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Study Finds Rainfall in Arid Regions Increases After Volcanic Eruptions

The White Island volcano in New Zealand erupted recently, resulting in over 40 casualties. Apart from the temporary damage, huge volcanic eruptions could also lead to considerable changes in the climate within the next two to three years.

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We found that rainfall increased significantly in global arid regions after volcanic eruptions.

ZUO Meng, Doctoral Student, Institute of Atmospheric Physics, Chinese Academy of Sciences

A research work carried out by ZUO and her mentors, Professor ZHOU Tianjun and Associate Professor MAN Wenmin, was recently reported in the Journal of Geophysical Research: Atmospheres.

Arid regions are areas where the local summer precipitation is below 1 mm per day. These regions occupy around 41% of terrestrial land surfaces and are inhabited by more than 38% of the world’s population. Arid regions are one of the most sensitive to natural disasters and climate change.

Earlier research works have investigated the precipitation response in arid regions to human activities. However, understanding of the hydroclimatic response to natural external forces like volcanic aerosol over the arid areas is highly restricted.

ZUO examined the climate model simulations and huge sets of data to examine the effects of volcanic eruptions on rainfall over global arid areas.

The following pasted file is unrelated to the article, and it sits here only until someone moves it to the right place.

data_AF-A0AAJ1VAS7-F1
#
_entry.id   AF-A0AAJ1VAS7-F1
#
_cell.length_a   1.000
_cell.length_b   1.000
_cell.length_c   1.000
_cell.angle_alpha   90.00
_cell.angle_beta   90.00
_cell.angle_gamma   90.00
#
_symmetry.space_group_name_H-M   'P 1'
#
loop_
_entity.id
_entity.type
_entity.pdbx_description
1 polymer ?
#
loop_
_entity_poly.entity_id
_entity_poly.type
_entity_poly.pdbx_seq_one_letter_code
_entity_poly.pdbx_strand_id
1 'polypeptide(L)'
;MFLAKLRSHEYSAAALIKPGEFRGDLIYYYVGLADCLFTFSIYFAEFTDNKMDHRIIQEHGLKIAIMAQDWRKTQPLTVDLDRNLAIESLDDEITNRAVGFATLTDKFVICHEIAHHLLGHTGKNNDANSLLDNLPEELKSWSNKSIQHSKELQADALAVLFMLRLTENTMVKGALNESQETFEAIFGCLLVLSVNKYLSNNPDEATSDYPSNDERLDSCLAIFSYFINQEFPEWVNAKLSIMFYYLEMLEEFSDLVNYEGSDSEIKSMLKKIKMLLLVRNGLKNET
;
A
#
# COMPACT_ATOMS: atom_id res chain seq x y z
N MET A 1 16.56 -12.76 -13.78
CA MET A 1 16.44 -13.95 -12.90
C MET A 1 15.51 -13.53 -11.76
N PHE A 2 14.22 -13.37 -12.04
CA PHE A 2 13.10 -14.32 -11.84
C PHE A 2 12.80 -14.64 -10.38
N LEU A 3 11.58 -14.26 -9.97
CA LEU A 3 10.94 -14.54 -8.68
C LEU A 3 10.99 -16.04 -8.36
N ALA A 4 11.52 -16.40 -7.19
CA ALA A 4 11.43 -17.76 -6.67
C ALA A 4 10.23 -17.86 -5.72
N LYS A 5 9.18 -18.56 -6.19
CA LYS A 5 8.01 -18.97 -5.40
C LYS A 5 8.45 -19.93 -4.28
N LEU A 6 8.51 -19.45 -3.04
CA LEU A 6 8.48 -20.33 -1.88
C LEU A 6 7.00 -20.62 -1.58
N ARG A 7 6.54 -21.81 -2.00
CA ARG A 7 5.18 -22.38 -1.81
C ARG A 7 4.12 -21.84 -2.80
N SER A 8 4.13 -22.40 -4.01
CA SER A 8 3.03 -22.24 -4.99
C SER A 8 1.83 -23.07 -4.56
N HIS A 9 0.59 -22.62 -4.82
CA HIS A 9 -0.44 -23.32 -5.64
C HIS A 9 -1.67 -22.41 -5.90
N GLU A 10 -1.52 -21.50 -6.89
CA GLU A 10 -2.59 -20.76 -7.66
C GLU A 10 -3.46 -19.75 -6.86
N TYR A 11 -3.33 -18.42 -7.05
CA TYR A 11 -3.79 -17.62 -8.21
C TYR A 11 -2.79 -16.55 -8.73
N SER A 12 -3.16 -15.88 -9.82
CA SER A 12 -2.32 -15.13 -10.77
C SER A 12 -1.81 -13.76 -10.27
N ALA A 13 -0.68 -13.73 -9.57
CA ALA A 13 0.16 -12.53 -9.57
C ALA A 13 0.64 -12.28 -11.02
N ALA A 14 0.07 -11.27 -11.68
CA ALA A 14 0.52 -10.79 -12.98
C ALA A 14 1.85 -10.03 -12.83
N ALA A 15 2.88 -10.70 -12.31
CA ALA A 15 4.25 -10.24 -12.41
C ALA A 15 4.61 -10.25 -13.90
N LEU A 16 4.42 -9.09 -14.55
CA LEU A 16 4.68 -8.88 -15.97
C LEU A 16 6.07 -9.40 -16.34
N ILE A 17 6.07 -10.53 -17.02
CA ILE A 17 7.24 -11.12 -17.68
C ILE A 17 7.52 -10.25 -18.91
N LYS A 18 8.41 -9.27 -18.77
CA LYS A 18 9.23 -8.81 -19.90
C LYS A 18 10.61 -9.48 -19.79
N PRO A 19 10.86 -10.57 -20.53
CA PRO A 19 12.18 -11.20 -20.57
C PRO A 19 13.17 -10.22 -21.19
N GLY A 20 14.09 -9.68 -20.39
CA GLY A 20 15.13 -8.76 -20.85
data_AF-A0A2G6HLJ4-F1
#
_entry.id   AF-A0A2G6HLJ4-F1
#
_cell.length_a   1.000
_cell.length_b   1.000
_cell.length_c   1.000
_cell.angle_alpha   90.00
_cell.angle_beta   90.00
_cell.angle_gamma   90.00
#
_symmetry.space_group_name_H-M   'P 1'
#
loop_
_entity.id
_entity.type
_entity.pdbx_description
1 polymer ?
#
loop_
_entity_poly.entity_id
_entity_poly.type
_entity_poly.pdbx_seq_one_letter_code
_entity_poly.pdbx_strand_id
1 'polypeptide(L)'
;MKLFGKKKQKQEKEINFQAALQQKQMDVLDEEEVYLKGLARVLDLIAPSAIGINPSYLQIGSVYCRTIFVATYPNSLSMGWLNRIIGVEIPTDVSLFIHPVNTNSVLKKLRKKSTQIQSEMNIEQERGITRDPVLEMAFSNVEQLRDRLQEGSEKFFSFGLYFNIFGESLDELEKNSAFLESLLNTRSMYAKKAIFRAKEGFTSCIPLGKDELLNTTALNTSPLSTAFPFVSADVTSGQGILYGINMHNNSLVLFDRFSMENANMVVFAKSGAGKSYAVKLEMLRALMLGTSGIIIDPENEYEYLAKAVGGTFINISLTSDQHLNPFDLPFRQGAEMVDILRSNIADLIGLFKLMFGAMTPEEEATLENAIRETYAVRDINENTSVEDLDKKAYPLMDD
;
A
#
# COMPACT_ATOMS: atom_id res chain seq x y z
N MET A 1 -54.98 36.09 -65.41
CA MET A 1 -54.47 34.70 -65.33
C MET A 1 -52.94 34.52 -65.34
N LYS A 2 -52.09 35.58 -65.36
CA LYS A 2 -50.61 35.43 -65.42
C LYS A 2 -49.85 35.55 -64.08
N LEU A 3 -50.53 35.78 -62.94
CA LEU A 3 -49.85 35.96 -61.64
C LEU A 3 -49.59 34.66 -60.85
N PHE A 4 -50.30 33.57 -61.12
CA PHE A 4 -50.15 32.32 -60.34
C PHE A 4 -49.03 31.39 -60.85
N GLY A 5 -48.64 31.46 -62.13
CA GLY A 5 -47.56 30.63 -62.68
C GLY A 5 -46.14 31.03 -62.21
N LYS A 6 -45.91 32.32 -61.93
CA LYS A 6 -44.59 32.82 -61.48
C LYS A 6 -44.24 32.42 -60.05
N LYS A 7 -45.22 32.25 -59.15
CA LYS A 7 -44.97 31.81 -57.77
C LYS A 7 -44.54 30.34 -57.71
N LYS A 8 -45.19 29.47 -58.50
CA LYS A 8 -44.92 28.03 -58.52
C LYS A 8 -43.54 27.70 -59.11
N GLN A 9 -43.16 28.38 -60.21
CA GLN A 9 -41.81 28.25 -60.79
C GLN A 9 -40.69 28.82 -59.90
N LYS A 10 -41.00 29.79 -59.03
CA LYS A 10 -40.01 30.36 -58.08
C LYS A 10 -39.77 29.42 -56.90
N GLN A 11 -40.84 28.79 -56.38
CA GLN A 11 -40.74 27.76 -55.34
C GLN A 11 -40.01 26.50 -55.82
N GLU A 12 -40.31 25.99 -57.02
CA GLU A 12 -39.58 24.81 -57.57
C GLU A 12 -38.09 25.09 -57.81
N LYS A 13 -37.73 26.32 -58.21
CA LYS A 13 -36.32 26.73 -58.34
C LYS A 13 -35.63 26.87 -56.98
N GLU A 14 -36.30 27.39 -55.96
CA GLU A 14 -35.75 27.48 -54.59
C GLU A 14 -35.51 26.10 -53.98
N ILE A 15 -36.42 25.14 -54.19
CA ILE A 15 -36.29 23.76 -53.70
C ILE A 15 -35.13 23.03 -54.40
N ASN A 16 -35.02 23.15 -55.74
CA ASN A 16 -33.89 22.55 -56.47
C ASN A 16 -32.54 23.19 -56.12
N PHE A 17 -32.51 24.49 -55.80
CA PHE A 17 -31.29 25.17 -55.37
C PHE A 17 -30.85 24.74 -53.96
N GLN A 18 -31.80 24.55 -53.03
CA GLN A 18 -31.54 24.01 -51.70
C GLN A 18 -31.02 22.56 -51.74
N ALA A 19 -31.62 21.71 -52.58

I think we are the first to give a comprehensive picture of rainfall changes over arid regions after volcanic eruptions, and use a diagnostic method to quantitatively analyze the factors determining rainfall response, which is helpful to understand the different physical processes of volcanoes at different latitudes affecting the rainfall responses.

ZUO Meng, Doctoral Student, Institute of Atmospheric Physics, Chinese Academy of Sciences

From both the observations and proxy, it was found that the arid regions became wetter after various types of volcanic outbursts. Therefore, the scientists proposed that the fundamental mechanism, which is the variations in atmospheric circulation, has a crucial role to play in rainfall responses.

It was proposed that the monsoon-desert coupling mechanism and the improved cross equator flow were caused by the wetter arid regions. The response of very high rainfall was found to be consistent with that of the mean rainfall. However, on a regional scale, it was found to be quite sensitive. These were attributed to flood hazards and drought.

This work has implications on the design of Decadal Climate Prediction Project (DCPP) experiments and the implementation of geoengineering activities.

ZHOU Tianjun, Study Corresponding Author, Institute of Atmospheric Physics, Chinese Academy of Sciences


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